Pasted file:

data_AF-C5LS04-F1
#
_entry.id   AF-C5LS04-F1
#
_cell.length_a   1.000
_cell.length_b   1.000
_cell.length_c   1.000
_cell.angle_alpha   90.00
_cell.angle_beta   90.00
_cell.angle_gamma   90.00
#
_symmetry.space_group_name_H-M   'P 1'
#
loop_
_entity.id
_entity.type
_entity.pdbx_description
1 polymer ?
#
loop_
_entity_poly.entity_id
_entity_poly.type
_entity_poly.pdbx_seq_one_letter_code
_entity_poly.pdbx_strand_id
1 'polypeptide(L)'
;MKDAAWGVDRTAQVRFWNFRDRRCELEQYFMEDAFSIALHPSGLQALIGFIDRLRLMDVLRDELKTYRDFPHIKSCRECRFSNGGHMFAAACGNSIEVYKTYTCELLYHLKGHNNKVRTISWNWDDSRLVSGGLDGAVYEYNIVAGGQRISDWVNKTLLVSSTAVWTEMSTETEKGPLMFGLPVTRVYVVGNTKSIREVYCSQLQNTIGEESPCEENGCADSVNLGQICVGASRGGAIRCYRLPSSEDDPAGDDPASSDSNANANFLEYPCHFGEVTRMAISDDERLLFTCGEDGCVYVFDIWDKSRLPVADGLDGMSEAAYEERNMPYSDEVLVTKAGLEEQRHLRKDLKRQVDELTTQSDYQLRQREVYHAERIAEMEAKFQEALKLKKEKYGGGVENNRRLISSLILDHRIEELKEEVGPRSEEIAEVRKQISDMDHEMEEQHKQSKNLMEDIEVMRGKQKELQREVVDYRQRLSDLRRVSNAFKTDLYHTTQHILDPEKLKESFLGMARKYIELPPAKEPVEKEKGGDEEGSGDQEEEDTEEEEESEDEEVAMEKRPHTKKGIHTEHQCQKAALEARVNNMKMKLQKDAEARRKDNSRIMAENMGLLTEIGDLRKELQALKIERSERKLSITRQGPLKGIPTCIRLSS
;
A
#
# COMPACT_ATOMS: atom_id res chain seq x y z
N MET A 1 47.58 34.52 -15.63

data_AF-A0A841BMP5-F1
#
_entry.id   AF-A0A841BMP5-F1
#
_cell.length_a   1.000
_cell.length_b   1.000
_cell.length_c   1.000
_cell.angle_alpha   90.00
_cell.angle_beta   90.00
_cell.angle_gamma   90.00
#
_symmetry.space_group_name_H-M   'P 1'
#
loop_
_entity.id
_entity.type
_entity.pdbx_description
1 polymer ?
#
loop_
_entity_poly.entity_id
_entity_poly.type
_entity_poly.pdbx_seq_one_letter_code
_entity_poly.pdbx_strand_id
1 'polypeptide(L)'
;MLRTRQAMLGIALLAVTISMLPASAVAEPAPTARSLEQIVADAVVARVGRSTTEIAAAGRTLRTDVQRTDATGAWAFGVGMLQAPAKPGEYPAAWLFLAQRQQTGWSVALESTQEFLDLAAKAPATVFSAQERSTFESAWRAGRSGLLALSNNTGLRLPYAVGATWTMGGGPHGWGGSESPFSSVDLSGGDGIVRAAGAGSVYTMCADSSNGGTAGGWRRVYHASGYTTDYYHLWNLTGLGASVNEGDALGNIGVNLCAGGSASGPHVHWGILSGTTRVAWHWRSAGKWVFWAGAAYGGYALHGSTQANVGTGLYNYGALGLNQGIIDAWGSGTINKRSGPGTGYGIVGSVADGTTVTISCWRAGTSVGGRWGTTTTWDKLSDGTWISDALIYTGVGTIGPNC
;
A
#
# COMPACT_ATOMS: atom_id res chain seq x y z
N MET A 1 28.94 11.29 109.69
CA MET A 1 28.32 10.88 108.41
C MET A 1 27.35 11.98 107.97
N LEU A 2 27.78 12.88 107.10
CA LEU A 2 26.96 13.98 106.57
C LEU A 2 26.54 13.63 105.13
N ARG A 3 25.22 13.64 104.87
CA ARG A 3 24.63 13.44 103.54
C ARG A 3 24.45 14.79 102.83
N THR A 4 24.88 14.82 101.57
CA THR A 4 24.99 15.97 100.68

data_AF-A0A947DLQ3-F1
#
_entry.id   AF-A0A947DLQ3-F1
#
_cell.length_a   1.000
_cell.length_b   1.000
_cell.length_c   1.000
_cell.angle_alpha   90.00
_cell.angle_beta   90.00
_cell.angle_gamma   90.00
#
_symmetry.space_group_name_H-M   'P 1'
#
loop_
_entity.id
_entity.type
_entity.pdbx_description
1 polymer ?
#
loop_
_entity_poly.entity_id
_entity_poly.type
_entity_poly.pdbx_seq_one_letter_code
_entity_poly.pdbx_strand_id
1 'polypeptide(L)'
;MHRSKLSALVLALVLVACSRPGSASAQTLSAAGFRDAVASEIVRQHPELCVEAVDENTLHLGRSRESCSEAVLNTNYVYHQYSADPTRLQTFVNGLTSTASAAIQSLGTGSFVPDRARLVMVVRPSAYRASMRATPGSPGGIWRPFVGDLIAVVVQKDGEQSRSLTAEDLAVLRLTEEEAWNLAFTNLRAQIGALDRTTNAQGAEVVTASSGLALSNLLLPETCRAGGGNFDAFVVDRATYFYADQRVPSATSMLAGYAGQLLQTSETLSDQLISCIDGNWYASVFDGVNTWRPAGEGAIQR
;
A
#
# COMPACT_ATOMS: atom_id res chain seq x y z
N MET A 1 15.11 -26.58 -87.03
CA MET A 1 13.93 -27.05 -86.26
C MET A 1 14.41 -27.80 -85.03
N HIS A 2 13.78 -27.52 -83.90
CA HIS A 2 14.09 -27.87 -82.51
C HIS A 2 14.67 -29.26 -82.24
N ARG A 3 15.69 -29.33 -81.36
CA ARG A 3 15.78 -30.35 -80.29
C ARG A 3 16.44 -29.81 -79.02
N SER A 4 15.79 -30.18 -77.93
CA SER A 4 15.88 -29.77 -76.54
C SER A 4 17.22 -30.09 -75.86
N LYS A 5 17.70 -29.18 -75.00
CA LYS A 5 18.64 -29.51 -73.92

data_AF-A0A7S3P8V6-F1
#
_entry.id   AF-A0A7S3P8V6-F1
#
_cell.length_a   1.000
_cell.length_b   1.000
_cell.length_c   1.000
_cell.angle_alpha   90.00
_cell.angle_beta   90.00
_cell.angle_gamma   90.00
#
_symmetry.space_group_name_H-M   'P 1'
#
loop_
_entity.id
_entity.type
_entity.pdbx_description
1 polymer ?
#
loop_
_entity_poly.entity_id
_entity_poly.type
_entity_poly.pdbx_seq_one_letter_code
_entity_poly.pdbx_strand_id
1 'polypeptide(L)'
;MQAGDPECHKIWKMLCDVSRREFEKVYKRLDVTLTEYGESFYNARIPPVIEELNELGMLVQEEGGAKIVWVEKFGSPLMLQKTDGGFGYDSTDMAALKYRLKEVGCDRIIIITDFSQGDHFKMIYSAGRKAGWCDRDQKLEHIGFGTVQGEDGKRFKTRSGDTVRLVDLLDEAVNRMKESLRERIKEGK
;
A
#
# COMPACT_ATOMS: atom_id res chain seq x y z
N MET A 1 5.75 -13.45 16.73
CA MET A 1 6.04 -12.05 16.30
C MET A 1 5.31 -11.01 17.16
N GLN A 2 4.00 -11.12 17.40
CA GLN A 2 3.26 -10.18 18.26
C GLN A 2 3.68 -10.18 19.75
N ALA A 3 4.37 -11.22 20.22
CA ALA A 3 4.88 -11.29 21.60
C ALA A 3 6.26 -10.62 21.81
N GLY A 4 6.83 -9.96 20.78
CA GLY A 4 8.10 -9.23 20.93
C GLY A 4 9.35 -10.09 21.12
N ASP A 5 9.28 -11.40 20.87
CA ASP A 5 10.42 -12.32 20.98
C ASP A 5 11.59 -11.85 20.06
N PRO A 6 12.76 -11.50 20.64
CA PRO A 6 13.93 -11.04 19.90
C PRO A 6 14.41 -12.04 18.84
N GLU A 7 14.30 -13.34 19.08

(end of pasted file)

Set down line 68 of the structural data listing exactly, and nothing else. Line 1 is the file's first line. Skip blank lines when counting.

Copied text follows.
N ARG A 3 25.22 13.64 104.87